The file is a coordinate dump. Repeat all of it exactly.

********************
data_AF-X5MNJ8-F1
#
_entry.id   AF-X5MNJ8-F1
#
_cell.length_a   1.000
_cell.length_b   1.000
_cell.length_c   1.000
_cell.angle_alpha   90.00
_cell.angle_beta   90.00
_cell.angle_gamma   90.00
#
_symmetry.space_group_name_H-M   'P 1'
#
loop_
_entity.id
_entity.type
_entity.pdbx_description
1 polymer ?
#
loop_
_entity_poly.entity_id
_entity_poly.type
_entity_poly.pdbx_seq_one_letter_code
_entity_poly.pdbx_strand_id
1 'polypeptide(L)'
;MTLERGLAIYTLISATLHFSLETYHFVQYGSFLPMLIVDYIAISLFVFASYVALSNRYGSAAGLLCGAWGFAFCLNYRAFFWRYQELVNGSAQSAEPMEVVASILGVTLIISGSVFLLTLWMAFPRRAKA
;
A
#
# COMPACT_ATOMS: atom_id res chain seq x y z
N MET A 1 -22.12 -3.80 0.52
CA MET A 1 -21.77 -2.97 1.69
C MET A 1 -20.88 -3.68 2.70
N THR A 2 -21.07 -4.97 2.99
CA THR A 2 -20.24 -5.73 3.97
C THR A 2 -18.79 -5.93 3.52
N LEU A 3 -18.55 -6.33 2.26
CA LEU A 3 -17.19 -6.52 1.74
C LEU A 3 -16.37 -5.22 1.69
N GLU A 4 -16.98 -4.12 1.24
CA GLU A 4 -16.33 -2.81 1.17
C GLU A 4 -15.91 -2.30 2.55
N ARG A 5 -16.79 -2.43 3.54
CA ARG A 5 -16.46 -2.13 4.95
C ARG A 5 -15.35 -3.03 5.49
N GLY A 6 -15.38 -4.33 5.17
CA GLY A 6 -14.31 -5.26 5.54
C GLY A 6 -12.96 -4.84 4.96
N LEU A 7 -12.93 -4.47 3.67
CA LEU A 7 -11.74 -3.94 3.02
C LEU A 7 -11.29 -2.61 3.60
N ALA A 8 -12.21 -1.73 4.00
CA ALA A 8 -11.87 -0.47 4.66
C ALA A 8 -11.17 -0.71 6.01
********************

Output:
data_AF-X5MNJ8-F1
#
_entry.id   AF-X5MNJ8-F1
#
_cell.length_a   1.000
_cell.length_b   1.000
_cell.length_c   1.000
_cell.angle_alpha   90.00
_cell.angle_beta   90.00
_cell.angle_gamma   90.00
#
_symmetry.space_group_name_H-M   'P 1'
#
loop_
_entity.id
_entity.type
_entity.pdbx_description
1 polymer ?
#
loop_
_entity_poly.entity_id
_entity_poly.type
_entity_poly.pdbx_seq_one_letter_code
_entity_poly.pdbx_strand_id
1 'polypeptide(L)'
;MTLERGLAIYTLISATLHFSLETYHFVQYGSFLPMLIVDYIAISLFVFASYVALSNRYGSAAGLLCGAWGFAFCLNYRAFFWRYQELVNGSAQSAEPMEVVASILGVTLIISGSVFLLTLWMAFPRRAKA
;
A
#
# COMPACT_ATOMS: atom_id res chain seq x y z
N MET A 1 -22.12 -3.80 0.52
CA MET A 1 -21.77 -2.97 1.69
C MET A 1 -20.88 -3.68 2.70
N THR A 2 -21.07 -4.97 2.99
CA THR A 2 -20.24 -5.73 3.97
C THR A 2 -18.79 -5.93 3.52
N LEU A 3 -18.55 -6.33 2.26
CA LEU A 3 -17.19 -6.52 1.74
C LEU A 3 -16.37 -5.22 1.69
N GLU A 4 -16.98 -4.12 1.24
CA GLU A 4 -16.33 -2.81 1.17
C GLU A 4 -15.91 -2.30 2.55
N ARG A 5 -16.79 -2.43 3.54
CA ARG A 5 -16.46 -2.13 4.95
C ARG A 5 -15.35 -3.03 5.49
N GLY A 6 -15.38 -4.33 5.17
CA GLY A 6 -14.31 -5.26 5.54
C GLY A 6 -12.96 -4.84 4.96
N LEU A 7 -12.93 -4.47 3.67
CA LEU A 7 -11.74 -3.94 3.02
C LEU A 7 -11.29 -2.61 3.60
N ALA A 8 -12.21 -1.73 4.00
CA ALA A 8 -11.87 -0.47 4.66
C ALA A 8 -11.17 -0.71 6.01